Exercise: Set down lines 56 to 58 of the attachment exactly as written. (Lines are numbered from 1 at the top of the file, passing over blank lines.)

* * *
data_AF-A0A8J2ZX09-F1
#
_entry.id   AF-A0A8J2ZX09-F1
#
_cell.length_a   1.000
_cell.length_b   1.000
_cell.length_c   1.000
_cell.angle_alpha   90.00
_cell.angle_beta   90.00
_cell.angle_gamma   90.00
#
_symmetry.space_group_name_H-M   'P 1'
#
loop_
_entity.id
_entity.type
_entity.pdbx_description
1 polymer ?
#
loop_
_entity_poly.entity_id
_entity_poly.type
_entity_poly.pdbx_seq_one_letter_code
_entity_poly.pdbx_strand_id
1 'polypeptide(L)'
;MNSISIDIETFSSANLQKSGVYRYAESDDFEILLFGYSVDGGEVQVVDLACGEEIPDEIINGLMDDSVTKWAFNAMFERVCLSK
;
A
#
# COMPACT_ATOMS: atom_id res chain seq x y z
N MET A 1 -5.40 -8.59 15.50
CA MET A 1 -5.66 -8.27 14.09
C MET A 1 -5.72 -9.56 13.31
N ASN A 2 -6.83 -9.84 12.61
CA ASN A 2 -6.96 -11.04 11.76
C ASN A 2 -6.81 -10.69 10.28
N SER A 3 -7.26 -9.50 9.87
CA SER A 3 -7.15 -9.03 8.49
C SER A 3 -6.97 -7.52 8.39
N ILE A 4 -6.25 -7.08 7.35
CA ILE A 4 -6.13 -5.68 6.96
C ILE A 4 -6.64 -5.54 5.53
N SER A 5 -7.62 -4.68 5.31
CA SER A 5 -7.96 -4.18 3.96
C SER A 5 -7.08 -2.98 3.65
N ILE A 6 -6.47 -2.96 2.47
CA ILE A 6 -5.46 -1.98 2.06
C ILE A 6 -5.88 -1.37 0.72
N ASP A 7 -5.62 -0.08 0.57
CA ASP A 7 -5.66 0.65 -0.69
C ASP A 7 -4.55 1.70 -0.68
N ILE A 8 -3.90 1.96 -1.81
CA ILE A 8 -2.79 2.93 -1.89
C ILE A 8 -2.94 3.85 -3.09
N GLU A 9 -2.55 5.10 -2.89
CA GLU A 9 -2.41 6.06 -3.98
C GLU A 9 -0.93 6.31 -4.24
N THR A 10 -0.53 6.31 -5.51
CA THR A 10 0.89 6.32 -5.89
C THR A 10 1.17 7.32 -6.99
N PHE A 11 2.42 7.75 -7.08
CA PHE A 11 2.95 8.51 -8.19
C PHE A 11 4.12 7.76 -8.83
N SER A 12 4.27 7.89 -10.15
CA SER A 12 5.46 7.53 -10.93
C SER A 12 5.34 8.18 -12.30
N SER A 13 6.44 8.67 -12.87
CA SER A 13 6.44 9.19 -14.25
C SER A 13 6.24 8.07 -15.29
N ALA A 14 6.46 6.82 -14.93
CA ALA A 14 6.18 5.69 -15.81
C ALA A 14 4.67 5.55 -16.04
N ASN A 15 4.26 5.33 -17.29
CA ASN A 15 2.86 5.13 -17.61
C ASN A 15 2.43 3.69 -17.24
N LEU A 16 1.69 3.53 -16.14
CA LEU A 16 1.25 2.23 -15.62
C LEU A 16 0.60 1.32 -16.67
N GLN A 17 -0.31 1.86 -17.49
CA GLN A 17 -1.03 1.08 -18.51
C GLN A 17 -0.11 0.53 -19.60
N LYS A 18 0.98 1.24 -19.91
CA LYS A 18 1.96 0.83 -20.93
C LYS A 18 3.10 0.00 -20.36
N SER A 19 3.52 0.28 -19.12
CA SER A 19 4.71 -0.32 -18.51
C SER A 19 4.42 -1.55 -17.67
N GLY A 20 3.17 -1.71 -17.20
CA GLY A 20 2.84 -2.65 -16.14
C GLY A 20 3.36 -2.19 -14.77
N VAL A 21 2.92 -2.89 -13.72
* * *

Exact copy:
CA GLU A 9 -2.41 6.06 -3.98
C GLU A 9 -0.93 6.31 -4.24
N THR A 10 -0.53 6.31 -5.51